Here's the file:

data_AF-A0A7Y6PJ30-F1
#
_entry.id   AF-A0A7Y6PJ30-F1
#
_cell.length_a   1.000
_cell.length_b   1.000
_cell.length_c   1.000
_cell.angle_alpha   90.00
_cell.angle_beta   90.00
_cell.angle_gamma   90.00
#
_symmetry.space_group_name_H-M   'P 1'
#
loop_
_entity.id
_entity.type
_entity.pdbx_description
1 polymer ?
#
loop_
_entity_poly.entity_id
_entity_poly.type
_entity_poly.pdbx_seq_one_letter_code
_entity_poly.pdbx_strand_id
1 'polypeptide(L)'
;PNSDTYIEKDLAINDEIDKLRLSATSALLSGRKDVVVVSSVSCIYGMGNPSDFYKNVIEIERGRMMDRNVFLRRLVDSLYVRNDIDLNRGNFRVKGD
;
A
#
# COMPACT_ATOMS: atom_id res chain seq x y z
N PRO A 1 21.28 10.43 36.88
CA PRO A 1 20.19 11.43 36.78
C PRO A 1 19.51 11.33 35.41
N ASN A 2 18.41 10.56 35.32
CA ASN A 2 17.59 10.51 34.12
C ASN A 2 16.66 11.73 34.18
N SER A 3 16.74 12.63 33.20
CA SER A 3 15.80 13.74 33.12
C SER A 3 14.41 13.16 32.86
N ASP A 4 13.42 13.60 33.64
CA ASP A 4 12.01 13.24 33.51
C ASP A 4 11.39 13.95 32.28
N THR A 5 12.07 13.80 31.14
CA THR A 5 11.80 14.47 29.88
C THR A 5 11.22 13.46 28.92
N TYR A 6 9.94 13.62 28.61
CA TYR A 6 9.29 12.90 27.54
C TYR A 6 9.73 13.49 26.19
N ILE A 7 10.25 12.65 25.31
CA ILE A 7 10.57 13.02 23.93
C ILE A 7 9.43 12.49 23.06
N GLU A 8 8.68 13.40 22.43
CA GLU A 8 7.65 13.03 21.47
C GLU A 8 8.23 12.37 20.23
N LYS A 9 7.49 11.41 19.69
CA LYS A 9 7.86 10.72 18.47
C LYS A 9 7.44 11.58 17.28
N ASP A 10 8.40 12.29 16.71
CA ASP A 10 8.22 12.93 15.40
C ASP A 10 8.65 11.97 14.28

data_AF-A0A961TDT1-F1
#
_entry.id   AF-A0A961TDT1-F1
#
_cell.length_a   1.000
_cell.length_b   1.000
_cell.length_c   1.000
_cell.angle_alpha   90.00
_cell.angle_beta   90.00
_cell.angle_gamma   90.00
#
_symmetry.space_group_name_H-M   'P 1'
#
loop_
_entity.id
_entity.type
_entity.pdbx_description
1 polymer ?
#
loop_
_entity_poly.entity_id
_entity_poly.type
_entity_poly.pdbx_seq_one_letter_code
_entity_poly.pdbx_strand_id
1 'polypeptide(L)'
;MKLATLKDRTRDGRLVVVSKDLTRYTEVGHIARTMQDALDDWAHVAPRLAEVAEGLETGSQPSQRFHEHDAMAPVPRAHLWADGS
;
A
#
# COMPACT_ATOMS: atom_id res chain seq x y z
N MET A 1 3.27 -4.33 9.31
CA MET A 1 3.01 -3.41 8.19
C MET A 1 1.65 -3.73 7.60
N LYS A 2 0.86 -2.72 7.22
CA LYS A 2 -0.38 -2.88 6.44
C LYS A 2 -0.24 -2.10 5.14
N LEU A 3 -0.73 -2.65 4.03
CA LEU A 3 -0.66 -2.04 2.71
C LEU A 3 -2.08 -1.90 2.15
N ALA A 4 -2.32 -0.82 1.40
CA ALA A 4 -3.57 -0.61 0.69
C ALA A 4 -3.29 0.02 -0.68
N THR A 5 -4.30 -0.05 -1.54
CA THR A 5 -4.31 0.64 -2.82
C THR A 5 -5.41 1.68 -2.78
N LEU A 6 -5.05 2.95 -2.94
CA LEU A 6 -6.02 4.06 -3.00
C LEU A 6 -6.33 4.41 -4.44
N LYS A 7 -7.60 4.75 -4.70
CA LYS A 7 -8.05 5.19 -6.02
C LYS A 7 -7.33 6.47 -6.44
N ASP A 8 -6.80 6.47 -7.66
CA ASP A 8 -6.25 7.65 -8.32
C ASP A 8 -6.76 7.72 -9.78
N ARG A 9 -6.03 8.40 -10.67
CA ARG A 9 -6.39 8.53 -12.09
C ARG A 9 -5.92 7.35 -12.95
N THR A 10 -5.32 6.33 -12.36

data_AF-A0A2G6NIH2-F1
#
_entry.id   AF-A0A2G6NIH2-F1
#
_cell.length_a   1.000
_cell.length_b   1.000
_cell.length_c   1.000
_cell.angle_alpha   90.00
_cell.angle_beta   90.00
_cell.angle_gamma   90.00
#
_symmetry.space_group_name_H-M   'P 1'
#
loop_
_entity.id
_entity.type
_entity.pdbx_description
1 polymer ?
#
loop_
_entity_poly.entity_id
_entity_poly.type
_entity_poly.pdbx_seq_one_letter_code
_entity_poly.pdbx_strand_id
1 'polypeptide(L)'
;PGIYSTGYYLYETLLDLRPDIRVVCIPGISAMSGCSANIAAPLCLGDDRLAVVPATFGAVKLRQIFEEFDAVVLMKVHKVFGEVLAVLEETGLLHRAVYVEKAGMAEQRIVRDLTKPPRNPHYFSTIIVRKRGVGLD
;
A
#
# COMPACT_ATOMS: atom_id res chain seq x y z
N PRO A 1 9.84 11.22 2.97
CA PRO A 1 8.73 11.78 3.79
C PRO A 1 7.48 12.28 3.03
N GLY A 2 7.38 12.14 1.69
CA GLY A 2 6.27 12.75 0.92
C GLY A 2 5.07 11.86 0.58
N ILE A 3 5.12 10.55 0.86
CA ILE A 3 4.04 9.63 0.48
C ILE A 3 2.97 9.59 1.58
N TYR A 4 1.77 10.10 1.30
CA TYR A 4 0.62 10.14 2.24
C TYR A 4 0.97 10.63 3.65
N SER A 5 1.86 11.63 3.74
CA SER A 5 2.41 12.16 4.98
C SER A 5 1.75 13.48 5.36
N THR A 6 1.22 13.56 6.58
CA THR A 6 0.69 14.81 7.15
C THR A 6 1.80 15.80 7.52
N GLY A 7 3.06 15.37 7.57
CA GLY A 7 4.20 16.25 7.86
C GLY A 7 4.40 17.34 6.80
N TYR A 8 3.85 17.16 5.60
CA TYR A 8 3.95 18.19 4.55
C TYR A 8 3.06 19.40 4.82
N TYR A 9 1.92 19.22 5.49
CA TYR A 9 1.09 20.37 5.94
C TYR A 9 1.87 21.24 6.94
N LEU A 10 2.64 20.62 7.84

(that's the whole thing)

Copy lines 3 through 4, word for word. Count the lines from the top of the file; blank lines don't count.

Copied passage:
_entry.id   AF-A0A7Y6PJ30-F1
#